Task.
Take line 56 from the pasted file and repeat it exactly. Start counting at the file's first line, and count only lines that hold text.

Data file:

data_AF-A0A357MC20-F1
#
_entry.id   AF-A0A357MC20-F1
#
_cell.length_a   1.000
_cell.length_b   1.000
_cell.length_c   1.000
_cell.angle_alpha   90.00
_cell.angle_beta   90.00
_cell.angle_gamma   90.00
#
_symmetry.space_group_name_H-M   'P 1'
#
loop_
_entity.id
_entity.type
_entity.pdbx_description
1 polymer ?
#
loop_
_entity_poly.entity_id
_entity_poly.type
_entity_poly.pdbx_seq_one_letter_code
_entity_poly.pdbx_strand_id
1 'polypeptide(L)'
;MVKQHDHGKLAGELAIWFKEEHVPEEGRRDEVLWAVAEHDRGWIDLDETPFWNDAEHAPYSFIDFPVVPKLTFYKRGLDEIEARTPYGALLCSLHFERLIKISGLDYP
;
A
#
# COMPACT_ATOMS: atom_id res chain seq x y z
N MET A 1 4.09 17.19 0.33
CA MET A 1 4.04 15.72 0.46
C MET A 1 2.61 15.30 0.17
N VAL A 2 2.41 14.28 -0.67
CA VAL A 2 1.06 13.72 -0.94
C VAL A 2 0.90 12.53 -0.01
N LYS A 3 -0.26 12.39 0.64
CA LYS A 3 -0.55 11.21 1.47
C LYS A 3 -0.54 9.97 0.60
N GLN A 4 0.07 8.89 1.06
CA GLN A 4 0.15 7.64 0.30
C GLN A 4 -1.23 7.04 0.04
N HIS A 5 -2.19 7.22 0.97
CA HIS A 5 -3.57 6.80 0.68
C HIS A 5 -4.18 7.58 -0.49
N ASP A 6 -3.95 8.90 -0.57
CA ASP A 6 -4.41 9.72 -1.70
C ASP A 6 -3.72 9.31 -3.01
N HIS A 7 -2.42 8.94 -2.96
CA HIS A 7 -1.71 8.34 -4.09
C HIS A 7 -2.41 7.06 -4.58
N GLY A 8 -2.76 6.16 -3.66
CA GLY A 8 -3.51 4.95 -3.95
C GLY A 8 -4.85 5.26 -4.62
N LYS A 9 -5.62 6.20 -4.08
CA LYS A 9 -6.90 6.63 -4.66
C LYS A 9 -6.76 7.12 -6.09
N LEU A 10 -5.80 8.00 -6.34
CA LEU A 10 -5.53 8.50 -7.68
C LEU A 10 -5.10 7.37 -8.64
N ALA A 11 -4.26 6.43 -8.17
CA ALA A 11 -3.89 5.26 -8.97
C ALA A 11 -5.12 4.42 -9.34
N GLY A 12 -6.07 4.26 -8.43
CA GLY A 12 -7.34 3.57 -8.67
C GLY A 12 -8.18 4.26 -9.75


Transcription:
CA LYS A 9 -6.90 6.63 -4.66